Fe Prindiville from Consumer Protection joins Bec in the studio. Today we’re going to talk about the new national gift card rules to come into effect on 1 November.
New national gift card rules around expiry dates and post-purchase fees and charges start on 1 November 2019. With the exception of a few limited use gift cards and vouchers, all gift cards bought from 1 November 2019 will automatically come with a minimum three-year expiry period, with the expiry date clearly marked on the card.
Even if a trader states an earlier expiry date, it will be invalid and purchasers will be entitled to the mandatory three-year period.
How will this affect traders?
It will be illegal for traders to charge post-purchase fees or administration charges that will reduce the value of the gift card, such as activation, account keeping and balance enquiry fees.
Traders will, however, be able to charge fees they would normally charge as part of a transaction, such as overseas transaction fees, booking fees, payment surcharges that reflect the costs of using the payment method, or fees charged to replace a lost, stolen or damaged card. They will also be able to charge an upfront fee for the purchase of the gift card. Whether the purchaser chooses to accept that fee and proceed with the purchase will be up to them.
There are some exceptions to the new rules, such as cards sold for a good or service at a genuine discount, and cards or vouchers given to customers as part of a limited promotion.
Why is this change happening?
To help prevent monetary losses and to make gift cards fairer for consumers. Unfortunately, an estimated $70 million is lost each year due to uncertainty about expiry dates. Consumer Protection Western Australia received 116 gift card related complaints in the last year (September 2018 – September 2019) with 26% of complaints about the inability to redeem a gift card and 14% of complaints regarding issues with the expiry date.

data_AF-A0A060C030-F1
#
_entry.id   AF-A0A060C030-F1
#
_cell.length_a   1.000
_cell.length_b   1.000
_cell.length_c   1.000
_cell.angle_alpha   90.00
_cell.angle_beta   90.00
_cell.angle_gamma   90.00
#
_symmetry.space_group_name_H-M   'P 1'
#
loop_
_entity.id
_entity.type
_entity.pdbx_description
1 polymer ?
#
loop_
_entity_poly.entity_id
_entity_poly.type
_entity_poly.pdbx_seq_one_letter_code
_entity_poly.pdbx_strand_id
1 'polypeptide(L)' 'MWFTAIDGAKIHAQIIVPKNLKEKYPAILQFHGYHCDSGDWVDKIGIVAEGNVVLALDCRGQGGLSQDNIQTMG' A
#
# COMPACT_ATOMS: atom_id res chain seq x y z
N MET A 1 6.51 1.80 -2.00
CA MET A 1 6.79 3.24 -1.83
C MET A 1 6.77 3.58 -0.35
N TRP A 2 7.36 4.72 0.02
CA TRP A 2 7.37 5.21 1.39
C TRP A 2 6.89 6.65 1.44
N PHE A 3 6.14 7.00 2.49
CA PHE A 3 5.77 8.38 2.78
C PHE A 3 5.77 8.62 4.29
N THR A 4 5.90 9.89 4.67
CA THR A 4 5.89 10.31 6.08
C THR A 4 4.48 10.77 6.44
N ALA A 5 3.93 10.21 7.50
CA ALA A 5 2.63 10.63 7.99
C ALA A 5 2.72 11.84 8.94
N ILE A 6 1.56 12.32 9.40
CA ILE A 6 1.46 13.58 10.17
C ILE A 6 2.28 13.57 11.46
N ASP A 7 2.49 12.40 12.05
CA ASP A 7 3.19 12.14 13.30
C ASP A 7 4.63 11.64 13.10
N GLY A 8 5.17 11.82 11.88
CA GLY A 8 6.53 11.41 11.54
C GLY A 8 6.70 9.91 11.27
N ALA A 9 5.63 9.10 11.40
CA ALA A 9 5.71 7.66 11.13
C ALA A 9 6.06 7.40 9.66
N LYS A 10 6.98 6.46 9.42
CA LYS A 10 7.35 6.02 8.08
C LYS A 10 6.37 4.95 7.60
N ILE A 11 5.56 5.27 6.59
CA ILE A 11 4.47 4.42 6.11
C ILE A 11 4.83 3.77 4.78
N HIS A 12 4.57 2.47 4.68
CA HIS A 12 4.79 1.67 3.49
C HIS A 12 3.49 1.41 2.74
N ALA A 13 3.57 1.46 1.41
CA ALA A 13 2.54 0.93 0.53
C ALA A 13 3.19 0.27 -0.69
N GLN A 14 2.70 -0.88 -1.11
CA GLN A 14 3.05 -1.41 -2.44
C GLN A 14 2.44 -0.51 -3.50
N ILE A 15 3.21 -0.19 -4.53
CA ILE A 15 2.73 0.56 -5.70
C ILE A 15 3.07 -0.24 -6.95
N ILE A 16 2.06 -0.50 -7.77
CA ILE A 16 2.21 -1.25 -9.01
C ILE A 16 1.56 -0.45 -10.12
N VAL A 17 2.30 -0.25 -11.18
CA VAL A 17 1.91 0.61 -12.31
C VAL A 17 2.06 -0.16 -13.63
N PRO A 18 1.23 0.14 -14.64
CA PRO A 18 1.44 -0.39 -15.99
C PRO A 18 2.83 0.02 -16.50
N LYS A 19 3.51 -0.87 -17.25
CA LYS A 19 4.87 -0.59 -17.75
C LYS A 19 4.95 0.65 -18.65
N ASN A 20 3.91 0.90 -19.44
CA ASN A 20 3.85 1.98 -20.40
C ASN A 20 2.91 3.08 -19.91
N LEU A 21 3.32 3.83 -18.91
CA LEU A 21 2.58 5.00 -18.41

The changes aim to ensure gift card buyers and receivers have the confidence that the gift card can be used for a reasonable period of time.
How will this change affect consumers?
Most gift cards and vouchers sold from 1 November 2019 will come with a minimum three-year expiry period and there will be no card management fees after purchase. Spend it now or spend it later – it is the buyer’s choice. Most gift cards and vouchers now come with a minimum three-year period. New laws mean the gift cards you give or receive last longer and go further.
How will this change affect businesses?
Traders who sell gift cards or vouchers need to check their business is ready for changes to expiry dates and fees that start on 1 November 2019.
From the 1st of November, expiry information must be clearly displayed on gift cards and vouchers. Businesses need to know the new laws and their responsibilities around gift cards. As the national changes to gift card laws start on 1 November 2019, from that date, stores should only be selling cards that have a minimum three-year expiry period.
The new laws ban post-purchase administration fees on gift cards and vouchers. Businesses need to check they are complying with the changes.
What happens next?
A national education campaign will raise consumer and business awareness about changes to laws around gift cards.
For more information on the changes, including a full list of exceptions, see here.
If you’re in Western Australia and you’re having issues when it comes to redeeming a gift card, come to Consumer Protection WA for assistance. Call 1300 30 40 54 or email email@example.com.
Our proactive inspectors in metropolitan Perth and our Senior Regional Officers will visit local retailers to hand out new Customer Notices produced by Australian Consumer Law regulators to advise gift card customers of their new rights.